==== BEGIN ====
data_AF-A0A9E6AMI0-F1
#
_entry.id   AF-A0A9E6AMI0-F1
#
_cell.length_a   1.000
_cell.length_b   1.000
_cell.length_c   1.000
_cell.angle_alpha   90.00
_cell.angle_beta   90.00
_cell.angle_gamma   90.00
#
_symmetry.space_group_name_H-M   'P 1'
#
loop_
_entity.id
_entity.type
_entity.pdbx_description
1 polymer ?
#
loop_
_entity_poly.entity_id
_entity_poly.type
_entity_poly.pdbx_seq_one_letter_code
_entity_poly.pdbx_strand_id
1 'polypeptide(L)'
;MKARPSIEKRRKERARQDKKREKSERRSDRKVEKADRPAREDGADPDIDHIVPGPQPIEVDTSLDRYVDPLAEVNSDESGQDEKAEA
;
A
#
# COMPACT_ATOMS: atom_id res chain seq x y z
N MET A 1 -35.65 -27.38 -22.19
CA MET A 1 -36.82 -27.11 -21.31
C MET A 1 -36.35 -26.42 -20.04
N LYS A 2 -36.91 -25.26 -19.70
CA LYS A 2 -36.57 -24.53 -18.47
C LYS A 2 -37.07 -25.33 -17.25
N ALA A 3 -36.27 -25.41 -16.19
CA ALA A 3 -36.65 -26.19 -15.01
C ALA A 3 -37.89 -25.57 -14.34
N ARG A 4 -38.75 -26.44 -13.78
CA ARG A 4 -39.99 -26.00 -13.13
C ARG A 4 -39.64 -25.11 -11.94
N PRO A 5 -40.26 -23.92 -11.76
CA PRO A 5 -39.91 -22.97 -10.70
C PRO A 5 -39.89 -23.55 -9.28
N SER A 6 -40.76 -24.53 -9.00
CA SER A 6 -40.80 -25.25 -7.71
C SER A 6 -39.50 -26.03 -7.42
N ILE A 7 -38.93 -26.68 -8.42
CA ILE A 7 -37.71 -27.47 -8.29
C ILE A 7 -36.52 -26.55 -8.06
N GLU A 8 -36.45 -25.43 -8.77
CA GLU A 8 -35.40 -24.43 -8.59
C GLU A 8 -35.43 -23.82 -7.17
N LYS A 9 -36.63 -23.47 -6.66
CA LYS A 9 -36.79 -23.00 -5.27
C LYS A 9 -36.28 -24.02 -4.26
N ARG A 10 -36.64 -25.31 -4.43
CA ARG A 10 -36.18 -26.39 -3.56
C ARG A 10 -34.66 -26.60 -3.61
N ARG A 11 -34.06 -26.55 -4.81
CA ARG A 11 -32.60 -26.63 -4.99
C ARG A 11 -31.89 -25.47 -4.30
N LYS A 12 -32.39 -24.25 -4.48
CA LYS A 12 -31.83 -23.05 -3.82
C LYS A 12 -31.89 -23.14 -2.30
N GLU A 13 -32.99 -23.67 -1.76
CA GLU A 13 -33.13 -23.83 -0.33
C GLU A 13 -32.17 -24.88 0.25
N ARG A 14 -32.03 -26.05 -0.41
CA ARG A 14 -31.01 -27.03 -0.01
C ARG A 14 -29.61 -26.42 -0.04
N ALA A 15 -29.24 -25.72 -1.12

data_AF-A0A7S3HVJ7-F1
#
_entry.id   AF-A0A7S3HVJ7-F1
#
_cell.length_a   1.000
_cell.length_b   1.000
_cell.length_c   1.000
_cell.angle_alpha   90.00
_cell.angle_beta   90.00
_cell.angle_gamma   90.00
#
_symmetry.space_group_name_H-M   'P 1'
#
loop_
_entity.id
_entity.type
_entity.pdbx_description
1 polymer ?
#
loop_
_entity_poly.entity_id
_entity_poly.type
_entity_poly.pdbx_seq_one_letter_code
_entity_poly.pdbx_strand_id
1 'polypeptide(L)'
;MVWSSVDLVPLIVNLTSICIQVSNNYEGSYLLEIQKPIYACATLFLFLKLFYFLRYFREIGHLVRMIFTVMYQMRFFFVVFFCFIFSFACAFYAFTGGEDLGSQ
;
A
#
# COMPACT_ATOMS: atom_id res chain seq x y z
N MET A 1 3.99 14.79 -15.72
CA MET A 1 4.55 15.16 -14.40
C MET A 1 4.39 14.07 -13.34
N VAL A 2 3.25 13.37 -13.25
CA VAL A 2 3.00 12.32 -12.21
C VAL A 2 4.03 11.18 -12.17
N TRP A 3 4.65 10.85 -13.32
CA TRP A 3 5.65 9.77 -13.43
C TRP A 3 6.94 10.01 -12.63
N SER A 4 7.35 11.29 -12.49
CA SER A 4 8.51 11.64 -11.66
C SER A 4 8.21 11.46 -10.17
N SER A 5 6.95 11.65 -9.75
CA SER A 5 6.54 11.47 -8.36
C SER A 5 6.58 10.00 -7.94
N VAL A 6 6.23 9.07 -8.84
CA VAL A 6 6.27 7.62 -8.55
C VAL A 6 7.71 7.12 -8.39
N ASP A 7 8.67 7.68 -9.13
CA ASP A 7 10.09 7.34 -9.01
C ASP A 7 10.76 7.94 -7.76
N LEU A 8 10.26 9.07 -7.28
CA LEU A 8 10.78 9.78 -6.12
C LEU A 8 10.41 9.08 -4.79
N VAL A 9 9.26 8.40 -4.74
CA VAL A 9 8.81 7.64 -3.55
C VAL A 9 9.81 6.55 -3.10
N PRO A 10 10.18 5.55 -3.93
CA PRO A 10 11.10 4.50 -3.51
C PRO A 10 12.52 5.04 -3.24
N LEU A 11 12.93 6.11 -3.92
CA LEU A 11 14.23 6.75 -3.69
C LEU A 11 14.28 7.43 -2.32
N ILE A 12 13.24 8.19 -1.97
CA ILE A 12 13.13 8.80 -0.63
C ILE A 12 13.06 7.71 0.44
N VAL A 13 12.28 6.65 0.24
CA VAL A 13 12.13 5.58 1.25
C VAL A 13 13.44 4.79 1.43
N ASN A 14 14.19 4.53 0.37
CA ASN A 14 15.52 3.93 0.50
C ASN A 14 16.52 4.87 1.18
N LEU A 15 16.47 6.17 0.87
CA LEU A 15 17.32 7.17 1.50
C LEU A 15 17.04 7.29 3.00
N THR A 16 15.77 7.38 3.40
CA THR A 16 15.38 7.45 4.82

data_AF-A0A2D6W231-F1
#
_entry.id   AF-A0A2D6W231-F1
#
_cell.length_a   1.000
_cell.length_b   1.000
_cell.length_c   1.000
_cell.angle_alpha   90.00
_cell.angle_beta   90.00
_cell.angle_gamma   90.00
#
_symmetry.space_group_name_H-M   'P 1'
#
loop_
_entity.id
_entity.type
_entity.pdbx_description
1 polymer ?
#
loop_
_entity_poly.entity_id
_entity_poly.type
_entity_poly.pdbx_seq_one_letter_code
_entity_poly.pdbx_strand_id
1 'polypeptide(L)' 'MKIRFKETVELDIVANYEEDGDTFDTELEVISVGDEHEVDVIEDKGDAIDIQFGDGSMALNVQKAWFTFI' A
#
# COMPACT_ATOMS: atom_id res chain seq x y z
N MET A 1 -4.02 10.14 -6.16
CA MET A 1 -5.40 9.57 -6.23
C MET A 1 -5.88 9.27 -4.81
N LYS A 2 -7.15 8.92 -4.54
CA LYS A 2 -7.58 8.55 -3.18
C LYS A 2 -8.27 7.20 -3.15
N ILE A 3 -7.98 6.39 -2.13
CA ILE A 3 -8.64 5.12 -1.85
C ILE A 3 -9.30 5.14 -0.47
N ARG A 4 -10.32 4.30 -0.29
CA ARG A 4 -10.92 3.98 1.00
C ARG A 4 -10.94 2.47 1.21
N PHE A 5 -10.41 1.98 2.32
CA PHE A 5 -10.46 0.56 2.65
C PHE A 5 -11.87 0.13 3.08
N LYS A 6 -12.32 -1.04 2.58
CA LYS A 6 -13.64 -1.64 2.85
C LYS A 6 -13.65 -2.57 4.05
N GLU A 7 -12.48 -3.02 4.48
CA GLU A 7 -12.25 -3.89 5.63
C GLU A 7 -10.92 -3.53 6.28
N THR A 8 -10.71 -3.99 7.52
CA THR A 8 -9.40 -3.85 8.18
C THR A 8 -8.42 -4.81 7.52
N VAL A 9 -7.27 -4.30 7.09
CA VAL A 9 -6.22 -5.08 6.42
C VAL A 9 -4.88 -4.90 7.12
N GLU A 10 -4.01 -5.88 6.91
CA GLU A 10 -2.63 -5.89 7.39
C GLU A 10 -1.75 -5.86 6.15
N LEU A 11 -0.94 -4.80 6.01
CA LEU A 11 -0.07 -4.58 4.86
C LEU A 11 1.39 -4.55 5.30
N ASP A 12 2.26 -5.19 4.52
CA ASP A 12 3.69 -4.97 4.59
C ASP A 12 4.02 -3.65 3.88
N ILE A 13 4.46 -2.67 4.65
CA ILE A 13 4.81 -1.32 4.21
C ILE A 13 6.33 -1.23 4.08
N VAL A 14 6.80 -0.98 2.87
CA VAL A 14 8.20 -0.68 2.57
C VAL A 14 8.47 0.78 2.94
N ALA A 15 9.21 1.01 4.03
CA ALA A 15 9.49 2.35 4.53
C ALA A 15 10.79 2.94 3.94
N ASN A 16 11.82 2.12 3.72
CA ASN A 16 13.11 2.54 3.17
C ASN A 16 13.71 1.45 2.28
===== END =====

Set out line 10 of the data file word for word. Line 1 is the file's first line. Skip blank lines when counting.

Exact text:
_cell.angle_gamma   90.00